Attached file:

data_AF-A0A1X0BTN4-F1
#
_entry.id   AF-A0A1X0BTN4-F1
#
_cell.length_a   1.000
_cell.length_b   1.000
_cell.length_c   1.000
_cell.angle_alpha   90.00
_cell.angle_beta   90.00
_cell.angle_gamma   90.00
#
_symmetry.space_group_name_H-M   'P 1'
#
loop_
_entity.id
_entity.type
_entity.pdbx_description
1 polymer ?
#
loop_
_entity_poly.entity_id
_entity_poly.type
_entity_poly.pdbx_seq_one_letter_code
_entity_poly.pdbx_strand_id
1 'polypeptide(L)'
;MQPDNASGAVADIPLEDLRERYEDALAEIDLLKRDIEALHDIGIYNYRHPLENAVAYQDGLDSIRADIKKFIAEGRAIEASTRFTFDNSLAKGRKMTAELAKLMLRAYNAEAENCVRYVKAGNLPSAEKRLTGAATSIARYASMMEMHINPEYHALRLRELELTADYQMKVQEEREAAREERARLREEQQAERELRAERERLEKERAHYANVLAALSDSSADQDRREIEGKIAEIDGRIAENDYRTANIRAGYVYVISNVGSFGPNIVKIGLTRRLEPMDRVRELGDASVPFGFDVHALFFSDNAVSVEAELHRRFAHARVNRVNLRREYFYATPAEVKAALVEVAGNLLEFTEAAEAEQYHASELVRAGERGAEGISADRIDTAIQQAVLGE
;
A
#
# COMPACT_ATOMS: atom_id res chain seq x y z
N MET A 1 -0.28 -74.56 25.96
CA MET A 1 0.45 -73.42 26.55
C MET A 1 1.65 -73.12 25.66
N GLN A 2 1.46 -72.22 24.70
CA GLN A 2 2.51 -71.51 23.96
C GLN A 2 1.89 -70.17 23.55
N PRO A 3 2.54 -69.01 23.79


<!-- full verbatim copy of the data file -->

data_AF-A0A1X0BTN4-F1
#
_entry.id   AF-A0A1X0BTN4-F1
#
_cell.length_a   1.000
_cell.length_b   1.000
_cell.length_c   1.000
_cell.angle_alpha   90.00
_cell.angle_beta   90.00
_cell.angle_gamma   90.00
#
_symmetry.space_group_name_H-M   'P 1'
#
loop_
_entity.id
_entity.type
_entity.pdbx_description
1 polymer ?
#
loop_
_entity_poly.entity_id
_entity_poly.type
_entity_poly.pdbx_seq_one_letter_code
_entity_poly.pdbx_strand_id
1 'polypeptide(L)'
;MQPDNASGAVADIPLEDLRERYEDALAEIDLLKRDIEALHDIGIYNYRHPLENAVAYQDGLDSIRADIKKFIAEGRAIEASTRFTFDNSLAKGRKMTAELAKLMLRAYNAEAENCVRYVKAGNLPSAEKRLTGAATSIARYASMMEMHINPEYHALRLRELELTADYQMKVQEEREAAREERARLREEQQAERELRAERERLEKERAHYANVLAALSDSSADQDRREIEGKIAEIDGRIAENDYRTANIRAGYVYVISNVGSFGPNIVKIGLTRRLEPMDRVRELGDASVPFGFDVHALFFSDNAVSVEAELHRRFAHARVNRVNLRREYFYATPAEVKAALVEVAGNLLEFTEAAEAEQYHASELVRAGERGAEGISADRIDTAIQQAVLGE
;
A
#
# COMPACT_ATOMS: atom_id res chain seq x y z
N MET A 1 -0.28 -74.56 25.96
CA MET A 1 0.45 -73.42 26.55
C MET A 1 1.65 -73.12 25.66
N GLN A 2 1.46 -72.22 24.70
CA GLN A 2 2.51 -71.51 23.96
C GLN A 2 1.89 -70.17 23.55
N PRO A 3 2.54 -69.01 23.79